V.E.V. Miscellany, October 1966

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Mr. King, who acted as E. A. D. Eldridge’s racing mechanic, and accompanied him on that epic 1925 journey with the Eldridge Special in a Model-T Ford van from Paris, over the Alps to Monza, and then on to San Sebastian, is living in Cheltenham. He remembers Brooklands Track being built and spent many years with the Sopwith Aeroplane Co. On the way to that so-wet Gt. Auclum Hill-Climb we met a smart pre-war Packard saloon, and the day. after August Bank Holiday a vintage Humber tourer motoring out of Rhayader, while more recently there was the all-yellow Rolls-Royce Twenty two-seater which dazzled us between Ledbury and Hereford. Lord Montagu’s 1912 Alphonso Hispano-Suiza has been to the U.S.A. to take part in a Concours d’Elegance. A vee-twin Trump combination is rumoured to have been found derelict in the West Country and someone in Peterborough has acquired a 1922 model-H side-valve Zenith-J.A.P., once a sidecar outfit, which has never been registered and is reputed to have stood outside a garage in the Brooklands area to attract custom for several years. It may even have been raced on the Track and its history is sought—it has a black tank with silver panels and gold lining and lettering. And another reader wants a photograph to help with restoration of a 1914/18 7/9-h.p. vee-twin Harley-Davidson combination he has just acquired. Letters can be forwarded.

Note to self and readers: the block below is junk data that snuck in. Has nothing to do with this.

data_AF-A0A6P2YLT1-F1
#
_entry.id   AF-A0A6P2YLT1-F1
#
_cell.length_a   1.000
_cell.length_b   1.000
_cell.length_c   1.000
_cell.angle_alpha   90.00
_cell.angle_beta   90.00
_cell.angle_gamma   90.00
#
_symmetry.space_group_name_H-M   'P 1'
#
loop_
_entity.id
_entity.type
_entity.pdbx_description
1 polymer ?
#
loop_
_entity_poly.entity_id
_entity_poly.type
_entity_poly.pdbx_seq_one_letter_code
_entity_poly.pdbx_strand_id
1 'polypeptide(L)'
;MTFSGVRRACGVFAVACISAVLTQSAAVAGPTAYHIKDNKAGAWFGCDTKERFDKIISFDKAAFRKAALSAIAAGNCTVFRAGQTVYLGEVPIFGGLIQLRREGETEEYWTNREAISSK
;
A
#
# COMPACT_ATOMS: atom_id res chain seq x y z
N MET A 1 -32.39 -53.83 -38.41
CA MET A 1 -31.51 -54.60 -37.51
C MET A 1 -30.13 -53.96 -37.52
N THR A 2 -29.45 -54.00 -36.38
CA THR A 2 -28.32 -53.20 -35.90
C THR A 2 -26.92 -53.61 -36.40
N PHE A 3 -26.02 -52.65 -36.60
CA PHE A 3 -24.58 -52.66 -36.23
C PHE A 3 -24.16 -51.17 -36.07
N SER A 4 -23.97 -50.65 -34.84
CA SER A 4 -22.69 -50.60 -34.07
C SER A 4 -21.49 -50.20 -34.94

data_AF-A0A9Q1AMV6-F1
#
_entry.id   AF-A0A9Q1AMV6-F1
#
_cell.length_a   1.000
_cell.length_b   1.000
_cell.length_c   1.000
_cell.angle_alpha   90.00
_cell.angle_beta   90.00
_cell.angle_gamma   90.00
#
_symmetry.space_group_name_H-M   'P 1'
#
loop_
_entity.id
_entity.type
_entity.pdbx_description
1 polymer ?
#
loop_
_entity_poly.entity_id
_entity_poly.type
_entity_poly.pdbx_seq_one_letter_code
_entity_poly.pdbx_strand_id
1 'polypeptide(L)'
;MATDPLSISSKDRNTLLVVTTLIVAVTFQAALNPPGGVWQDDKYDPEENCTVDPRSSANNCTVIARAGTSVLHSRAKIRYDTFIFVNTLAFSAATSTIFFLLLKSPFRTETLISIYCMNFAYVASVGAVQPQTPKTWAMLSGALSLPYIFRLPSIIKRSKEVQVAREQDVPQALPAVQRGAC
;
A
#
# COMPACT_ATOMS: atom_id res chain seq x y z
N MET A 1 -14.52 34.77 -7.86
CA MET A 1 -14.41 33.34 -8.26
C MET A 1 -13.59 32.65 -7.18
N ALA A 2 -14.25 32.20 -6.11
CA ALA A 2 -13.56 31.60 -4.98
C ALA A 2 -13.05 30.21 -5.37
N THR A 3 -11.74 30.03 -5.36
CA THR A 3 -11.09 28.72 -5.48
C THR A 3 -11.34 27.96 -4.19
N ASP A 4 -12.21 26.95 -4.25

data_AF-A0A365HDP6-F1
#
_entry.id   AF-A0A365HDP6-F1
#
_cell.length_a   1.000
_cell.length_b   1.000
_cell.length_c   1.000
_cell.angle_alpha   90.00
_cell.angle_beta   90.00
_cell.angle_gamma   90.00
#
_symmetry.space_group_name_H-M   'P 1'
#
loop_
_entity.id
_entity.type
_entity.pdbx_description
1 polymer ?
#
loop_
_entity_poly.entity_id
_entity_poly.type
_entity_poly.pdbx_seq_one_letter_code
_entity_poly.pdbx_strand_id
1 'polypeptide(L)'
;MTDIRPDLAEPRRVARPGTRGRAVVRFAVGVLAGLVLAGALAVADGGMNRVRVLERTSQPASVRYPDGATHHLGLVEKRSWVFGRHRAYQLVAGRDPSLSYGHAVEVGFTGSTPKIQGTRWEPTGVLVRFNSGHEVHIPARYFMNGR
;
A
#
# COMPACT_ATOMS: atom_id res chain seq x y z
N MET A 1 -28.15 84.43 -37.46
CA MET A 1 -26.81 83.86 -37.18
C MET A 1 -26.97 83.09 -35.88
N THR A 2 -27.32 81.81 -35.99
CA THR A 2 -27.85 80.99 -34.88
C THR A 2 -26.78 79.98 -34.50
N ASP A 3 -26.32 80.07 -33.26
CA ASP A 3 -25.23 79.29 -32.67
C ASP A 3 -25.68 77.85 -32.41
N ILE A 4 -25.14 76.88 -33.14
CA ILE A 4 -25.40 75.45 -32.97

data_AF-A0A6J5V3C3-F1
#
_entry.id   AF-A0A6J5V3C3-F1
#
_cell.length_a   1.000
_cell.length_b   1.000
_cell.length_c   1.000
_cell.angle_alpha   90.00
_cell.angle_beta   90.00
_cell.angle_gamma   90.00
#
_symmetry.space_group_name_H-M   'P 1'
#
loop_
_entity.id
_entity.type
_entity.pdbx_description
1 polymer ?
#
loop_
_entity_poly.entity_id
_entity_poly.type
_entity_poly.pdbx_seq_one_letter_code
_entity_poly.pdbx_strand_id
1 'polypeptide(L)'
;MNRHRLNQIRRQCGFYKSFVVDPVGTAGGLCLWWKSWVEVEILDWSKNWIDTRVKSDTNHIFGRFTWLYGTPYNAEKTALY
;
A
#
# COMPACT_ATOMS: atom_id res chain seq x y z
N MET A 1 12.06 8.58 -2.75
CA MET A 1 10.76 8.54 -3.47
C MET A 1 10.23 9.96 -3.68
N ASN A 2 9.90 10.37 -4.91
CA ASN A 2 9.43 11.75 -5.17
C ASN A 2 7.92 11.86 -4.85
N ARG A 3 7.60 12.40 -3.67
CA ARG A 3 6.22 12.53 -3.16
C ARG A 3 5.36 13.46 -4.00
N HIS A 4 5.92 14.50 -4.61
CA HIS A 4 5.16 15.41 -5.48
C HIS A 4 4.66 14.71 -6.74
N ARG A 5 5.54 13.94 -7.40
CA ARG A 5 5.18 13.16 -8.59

The Bullnose Morris club Newsletter for August is as full of “meat” as ever, including an article on the Morris Minor, but it is disturbing to learn that the existing committee, consisting of Messrs. Jarman, Barraclough, Gray, Knox and Grainger all propose to retire front office at the end of the year, mainly it seems because they have become disgruntled over the cornmercialism which has overtaken the vintage movement in general and club life in particular.

A letter from the Managing Director of John Smith & Co. (Derby) Ltd. to the Derby Evening Telegraph of August 10th recalls that the late H. F. S. Morgan spent much time at their Cotton Lane factory, where much of the work on the original Morgan 3-wheeler was done, and says that 79-year-old T. T. Jones of Derby, who retired in 1952, brazed up that first Morgan chassis, using a mixture of crushed spelter and borax, in paste form, thrown on the joints after they had been heated over a hearth blown by leather bellows. The first Morgan bevel box, of brass, was cast in Smith’s foundry, Mr. Jones afterwards machining it under the eagle eye of “H. F. S.” John Smith & Co. still supply castings to the Morgan Motor Co.